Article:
Jennings is not alone in her frustration. A growing number of respected Republicans say they are embarrassed by this new generation of leaders who seem to play fast and loose with other people's money.
"It makes people sick about politics," said Florida's Republican U.S. Sen. George LeMieux.
A new Rasmussen poll of Florida Republicans backs that up, with many in state the GOP thinking the Justice Department should investigate.
On the road
"Six months ago, Marco Rubio had to put up with pundits speculating about when he would drop his hopeless campaign for U.S. Senate and run instead for attorney general. On Tuesday, as Rubio launched a high profile bus tour through Central Florida, he fended off questions about running for president in 2012." "Rubio touts conservative perspective at Central Florida rallies".
"President Obama is expected to announce that he plans to revive part of the Constellation program, start a new heavy-rocket project and create a $40 million initiative to help Kennedy Space Center workers find jobs after the space shuttle retires." "Obama expected to save Orion, bolster jobs at Kennedy Space Center".
"Jeb!" wins another one
"A proposed constitutional amendment allowing state money to flow to religious organizations advanced in the House and Senate on Tuesday, an effort state teacher's union argues is a means to expanding private school vouchers. Tuesday's committee votes also represented another victory in absentia for former Gov. Jeb Bush, a champion of school vouchers, faith-based programs and privatizing functions of state government." "Bill asks voters to let state money go to religious agencies".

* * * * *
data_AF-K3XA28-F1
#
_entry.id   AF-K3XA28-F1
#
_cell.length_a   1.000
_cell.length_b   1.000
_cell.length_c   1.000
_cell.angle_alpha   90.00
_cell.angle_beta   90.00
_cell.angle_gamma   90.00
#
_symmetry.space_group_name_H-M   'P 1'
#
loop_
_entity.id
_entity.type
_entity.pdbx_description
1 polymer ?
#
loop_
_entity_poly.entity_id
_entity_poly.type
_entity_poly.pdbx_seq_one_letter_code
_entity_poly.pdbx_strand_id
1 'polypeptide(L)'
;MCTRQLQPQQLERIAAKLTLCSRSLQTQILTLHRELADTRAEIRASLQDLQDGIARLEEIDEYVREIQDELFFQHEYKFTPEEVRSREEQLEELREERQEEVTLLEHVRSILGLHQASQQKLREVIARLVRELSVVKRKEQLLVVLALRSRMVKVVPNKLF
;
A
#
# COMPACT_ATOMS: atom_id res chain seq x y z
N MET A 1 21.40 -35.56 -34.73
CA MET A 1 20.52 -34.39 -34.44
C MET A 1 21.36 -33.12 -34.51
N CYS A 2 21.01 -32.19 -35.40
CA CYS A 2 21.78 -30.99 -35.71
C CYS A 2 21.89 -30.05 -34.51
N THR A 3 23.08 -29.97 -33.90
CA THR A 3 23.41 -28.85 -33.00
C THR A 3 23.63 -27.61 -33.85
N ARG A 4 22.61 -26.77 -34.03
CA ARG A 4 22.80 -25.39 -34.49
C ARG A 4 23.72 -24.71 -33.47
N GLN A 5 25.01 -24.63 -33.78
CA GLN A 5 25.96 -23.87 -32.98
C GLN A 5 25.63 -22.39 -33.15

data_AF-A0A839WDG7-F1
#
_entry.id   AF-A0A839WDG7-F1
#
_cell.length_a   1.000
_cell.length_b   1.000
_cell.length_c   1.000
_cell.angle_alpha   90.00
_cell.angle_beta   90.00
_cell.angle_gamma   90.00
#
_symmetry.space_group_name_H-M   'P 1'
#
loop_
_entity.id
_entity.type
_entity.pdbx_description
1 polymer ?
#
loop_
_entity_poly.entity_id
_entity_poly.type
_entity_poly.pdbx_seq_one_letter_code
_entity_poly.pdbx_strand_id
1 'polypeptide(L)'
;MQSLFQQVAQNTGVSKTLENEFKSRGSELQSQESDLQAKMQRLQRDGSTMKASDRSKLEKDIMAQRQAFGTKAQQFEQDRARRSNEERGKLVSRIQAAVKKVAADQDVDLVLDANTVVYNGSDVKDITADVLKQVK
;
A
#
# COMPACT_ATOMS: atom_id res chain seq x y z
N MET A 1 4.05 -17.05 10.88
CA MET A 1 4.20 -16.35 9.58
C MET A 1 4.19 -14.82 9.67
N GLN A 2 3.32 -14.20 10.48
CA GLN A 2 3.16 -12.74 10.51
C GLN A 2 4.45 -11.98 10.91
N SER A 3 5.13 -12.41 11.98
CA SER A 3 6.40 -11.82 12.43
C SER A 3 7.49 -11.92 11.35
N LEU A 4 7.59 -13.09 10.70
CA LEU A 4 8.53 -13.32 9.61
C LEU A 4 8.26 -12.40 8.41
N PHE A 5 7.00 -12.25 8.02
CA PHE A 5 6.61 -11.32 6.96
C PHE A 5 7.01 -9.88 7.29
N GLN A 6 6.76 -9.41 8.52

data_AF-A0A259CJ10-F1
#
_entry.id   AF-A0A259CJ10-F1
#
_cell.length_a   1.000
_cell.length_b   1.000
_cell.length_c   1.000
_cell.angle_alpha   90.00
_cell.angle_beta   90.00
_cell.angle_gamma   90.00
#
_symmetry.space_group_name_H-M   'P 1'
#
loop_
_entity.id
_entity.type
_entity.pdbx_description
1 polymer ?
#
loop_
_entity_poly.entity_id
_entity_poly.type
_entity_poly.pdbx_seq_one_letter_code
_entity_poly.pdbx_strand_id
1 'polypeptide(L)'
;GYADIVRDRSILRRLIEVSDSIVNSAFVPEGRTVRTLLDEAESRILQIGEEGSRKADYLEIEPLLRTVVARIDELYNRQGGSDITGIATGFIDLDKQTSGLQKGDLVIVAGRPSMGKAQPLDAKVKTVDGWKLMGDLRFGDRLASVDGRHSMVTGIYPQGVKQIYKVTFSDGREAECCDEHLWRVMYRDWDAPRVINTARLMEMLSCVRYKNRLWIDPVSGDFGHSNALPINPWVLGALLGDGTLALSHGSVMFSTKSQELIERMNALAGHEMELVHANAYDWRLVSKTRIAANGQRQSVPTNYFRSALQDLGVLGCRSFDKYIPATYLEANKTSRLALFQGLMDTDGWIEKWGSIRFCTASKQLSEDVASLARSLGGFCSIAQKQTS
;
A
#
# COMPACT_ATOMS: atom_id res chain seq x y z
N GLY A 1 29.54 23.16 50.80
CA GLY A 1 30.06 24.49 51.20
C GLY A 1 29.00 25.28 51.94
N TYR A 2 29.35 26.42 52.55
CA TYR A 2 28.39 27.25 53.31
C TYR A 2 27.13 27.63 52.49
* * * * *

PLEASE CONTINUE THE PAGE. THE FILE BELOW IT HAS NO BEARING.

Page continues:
The right wing Sunshine News whines that "America's broadcast television networks brand the Tea Party movement as an insignificant assortment of cranks and reactionaries. Members are also portrayed -- when they're covered at all -- as tools for self-serving corporate interests and racists dragooned by the Republican Party." "Network Tea Party Coverage a 'Travesty'".
"A seemingly dead plan to put child services groups under more scrutiny could see a second life in the Florida Legislature. Sen. Joe Negron, R-Palm City, is pressing forward with his bill calling for referendums to retain funding for children's boards that provide a range of long-term services, from early intervention and crisis services to at-risk families and children." "Senator revives children's boards vote".
Rubio halts road trip
"Marco Rubio cut short his Florida bus tour to return to Miami after learning his father's cancer has returned." "Rubio halts bus tour over ill dad". Background: "Rubio begins shortened bus tour as Crist releases ad against him".
Obama in the house
"President Barack Obama will cap a visit to the Kennedy Space Center this week with a pair of fundraisers for the Democratic National Committee, one of them at the home of pop stars Gloria and Emilio Estefan." "Obama to raise money for DNC in Florida this week". The Saint Petersburg Times editorial board: "Space program needs lift from the president".